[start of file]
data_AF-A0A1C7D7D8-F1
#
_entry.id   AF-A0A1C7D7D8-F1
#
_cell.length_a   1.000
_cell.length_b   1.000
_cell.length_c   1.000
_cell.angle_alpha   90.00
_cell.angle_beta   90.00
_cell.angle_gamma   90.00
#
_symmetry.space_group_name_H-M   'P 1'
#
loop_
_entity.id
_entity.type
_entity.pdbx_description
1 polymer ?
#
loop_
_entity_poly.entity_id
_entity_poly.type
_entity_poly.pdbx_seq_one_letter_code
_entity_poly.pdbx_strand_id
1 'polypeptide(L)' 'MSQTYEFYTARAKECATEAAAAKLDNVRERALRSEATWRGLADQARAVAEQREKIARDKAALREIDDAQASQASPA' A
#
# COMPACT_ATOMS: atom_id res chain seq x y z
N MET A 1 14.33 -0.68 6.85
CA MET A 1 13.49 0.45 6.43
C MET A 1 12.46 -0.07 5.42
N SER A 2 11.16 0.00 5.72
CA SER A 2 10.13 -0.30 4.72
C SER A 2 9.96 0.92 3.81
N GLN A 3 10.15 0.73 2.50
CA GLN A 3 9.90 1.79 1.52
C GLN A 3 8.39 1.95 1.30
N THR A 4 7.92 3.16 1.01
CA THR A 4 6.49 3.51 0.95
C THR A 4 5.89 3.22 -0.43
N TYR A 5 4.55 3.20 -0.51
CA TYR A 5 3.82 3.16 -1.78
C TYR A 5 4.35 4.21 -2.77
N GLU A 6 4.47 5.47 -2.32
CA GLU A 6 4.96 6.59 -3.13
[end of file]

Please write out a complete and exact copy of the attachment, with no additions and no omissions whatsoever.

data_AF-A0A1C7D7D8-F1
#
_entry.id   AF-A0A1C7D7D8-F1
#
_cell.length_a   1.000
_cell.length_b   1.000
_cell.length_c   1.000
_cell.angle_alpha   90.00
_cell.angle_beta   90.00
_cell.angle_gamma   90.00
#
_symmetry.space_group_name_H-M   'P 1'
#
loop_
_entity.id
_entity.type
_entity.pdbx_description
1 polymer ?
#
loop_
_entity_poly.entity_id
_entity_poly.type
_entity_poly.pdbx_seq_one_letter_code
_entity_poly.pdbx_strand_id
1 'polypeptide(L)' 'MSQTYEFYTARAKECATEAAAAKLDNVRERALRSEATWRGLADQARAVAEQREKIARDKAALREIDDAQASQASPA' A
#
# COMPACT_ATOMS: atom_id res chain seq x y z
N MET A 1 14.33 -0.68 6.85
CA MET A 1 13.49 0.45 6.43
C MET A 1 12.46 -0.07 5.42
N SER A 2 11.16 0.00 5.72
CA SER A 2 10.13 -0.30 4.72
C SER A 2 9.96 0.92 3.81
N GLN A 3 10.15 0.73 2.50
CA GLN A 3 9.90 1.79 1.52
C GLN A 3 8.39 1.95 1.30
N THR A 4 7.92 3.16 1.01
CA THR A 4 6.49 3.51 0.95
C THR A 4 5.89 3.22 -0.43
N TYR A 5 4.55 3.20 -0.51
CA TYR A 5 3.82 3.16 -1.78
C TYR A 5 4.35 4.21 -2.77
N GLU A 6 4.47 5.47 -2.32
CA GLU A 6 4.96 6.59 -3.13